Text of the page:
Romania: the press involved in party politics

Romanian media - and especially the print media - are often heavily influenced by politicians, and this has led to a major loss of credibility. In view of the drastic decline in circulations throughout the industry, the country's printed press is at risk of disappearing altogether.

Romania's President Klaus Iohannis after his re-election on 10 November 2019.
Romania's President Klaus Iohannis after his re-election on 10 November 2019.
TV debates are an integral part of the election campaign in many countries. However, in the run-up to the runoff vote in the presidential election in November 2019 the Romanians almost had to go without. The incumbent Klaus Iohannis declared that his political opponent, former head of government Viorica Dancila, had "brazenly attacked the rule of law" during her term of office and that he therefore did not want to engage in any discussion with her. The public and the media were outraged to see the TV debate cancelled, so much so that in the end Iohannis had a one-man question and answer session organised in a bid to appease the public.

Millions of viewers followed the live event on the Internet and on television. Iohannis had handpicked the eight journalists who were allowed to ask questions. The daily newspaper Libertatea was among those media outlets that were allowed to cover the Q&A session but was not allowed to pose questions itself. The newspaper commented that the whole incident was "an insult to the journalistic profession", and a discussion flared up about whether journalists in Romania were allowing politicians to boss them around.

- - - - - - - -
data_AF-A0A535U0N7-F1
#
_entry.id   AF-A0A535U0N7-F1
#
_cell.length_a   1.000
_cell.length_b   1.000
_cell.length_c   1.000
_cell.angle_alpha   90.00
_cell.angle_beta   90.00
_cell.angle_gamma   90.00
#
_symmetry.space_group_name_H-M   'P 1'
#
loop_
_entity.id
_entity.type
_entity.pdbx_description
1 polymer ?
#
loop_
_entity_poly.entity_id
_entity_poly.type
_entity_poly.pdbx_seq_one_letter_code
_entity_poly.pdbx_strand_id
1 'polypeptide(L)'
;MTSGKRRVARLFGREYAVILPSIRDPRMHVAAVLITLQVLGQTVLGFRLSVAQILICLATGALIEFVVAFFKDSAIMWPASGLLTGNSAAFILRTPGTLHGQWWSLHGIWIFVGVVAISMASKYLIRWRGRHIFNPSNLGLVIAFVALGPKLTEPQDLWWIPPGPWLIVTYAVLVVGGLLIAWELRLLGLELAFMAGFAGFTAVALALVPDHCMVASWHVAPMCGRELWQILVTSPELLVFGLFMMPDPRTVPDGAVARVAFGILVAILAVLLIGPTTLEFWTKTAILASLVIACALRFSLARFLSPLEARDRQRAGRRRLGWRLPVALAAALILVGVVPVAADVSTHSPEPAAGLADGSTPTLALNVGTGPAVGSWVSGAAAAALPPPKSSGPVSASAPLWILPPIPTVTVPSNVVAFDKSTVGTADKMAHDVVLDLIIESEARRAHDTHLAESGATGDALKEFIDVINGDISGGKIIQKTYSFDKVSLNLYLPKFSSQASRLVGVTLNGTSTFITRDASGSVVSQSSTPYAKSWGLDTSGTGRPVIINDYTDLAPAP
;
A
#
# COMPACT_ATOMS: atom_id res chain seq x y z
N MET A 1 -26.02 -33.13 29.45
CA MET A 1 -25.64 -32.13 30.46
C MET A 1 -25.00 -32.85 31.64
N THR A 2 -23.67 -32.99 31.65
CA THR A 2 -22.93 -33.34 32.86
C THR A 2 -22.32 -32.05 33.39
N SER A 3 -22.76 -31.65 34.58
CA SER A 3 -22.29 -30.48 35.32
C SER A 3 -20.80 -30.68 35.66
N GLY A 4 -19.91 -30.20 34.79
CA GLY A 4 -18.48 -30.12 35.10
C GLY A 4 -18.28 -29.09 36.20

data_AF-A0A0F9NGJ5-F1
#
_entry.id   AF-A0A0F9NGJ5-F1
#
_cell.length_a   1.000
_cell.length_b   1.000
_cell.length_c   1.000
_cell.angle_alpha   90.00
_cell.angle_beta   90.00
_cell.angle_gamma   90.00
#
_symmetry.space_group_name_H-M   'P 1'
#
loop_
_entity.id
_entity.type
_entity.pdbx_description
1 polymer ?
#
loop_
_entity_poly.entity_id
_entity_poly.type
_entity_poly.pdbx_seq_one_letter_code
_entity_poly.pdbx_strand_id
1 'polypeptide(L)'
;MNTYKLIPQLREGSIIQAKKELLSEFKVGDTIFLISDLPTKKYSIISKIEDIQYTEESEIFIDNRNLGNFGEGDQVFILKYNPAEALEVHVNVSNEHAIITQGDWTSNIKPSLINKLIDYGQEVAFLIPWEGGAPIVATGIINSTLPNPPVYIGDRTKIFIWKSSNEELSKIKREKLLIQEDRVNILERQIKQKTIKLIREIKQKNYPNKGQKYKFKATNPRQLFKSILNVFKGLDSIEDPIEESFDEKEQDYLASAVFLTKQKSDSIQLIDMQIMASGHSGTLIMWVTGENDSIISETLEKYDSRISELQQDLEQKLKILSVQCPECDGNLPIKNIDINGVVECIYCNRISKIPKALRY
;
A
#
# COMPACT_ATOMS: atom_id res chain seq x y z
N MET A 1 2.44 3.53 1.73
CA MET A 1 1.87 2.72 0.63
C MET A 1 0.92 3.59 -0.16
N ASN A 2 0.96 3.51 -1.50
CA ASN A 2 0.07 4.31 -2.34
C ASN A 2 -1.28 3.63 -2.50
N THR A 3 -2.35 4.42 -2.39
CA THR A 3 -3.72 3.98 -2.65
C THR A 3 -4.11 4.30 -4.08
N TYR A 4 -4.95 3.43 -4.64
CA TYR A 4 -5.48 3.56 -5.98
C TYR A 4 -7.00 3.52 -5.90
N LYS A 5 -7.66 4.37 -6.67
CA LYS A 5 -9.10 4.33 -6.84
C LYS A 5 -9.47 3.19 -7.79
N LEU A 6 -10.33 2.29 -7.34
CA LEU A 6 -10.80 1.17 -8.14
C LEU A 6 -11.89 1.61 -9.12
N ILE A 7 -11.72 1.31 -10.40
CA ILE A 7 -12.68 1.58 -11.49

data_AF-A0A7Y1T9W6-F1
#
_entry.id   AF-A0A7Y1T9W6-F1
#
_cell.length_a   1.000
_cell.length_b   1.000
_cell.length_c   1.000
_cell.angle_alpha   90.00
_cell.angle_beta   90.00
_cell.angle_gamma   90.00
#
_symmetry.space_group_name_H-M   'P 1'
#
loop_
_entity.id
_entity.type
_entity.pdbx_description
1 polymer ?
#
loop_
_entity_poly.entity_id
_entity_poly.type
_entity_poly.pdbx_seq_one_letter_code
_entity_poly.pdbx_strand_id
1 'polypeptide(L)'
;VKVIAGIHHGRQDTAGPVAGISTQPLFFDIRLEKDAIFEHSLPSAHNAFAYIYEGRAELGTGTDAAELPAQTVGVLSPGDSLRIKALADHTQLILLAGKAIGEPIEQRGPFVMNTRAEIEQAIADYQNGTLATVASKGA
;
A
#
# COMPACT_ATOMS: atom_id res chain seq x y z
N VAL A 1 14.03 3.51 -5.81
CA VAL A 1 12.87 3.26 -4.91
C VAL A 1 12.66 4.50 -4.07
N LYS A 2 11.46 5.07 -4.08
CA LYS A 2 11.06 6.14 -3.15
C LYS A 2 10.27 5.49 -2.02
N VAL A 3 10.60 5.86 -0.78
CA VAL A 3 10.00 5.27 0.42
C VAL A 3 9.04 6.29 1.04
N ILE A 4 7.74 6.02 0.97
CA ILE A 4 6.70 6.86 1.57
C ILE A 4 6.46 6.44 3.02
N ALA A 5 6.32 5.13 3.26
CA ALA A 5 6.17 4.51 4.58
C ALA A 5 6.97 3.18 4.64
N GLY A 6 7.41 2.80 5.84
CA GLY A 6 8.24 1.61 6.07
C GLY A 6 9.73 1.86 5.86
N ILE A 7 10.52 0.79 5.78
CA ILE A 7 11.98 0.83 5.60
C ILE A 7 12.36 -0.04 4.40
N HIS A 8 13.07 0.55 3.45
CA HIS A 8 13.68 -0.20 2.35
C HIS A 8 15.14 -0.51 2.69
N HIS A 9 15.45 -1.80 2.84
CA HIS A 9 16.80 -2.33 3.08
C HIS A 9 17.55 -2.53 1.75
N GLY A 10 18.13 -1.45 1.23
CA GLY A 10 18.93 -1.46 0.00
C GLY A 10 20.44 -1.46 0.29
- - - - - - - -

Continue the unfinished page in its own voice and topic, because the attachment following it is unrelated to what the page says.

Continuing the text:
The political reporting of a certain section of the media in particular is frequently influenced by party interests. This is hardly surprising given that Romanian entrepreneurs with excellent connections to politics or even with a parliamentary mandate founded various television channels and newspapers in the 1990s to increase their wealth and political influence. In the meantime the majority of these media entrepreneurs either have been or currently are under investigation for embezzlement, corruption or tax fraud.

Whenever elections are imminent, the political influence on media outlets becomes all the more intense. The media then become a "space for confrontation between government and opposition parties", as the Romanian media monitoring agency ActiveWatch observed in May 2019. This means that those in power at all levels of the political system decide which journalists are provided with what information. And also which publications are awarded the vital advertising contracts of state institutions. The political confrontation has long since spread to social networks: not only have political parties had false news spread, some television broadcasters have also tried to do politics in this way.

Many newspapers that used to reach millions of readers after 1989 have seen their circulation plummet in recent years, in part because they have lost much of their credibility among the people. Only thanks to their free online platforms do they still play a role at all in the media landscape. During the coronavirus crisis numerous publications temporarily discontinued their print editions due to the massive slump in advertising revenues. Presumably some publishers will decide to discontinue the print editions altogether even after the crisis.

World Press Freedom Index (Reporters Without Borders):
Rank 48 (2020)

Last updated: April 2020
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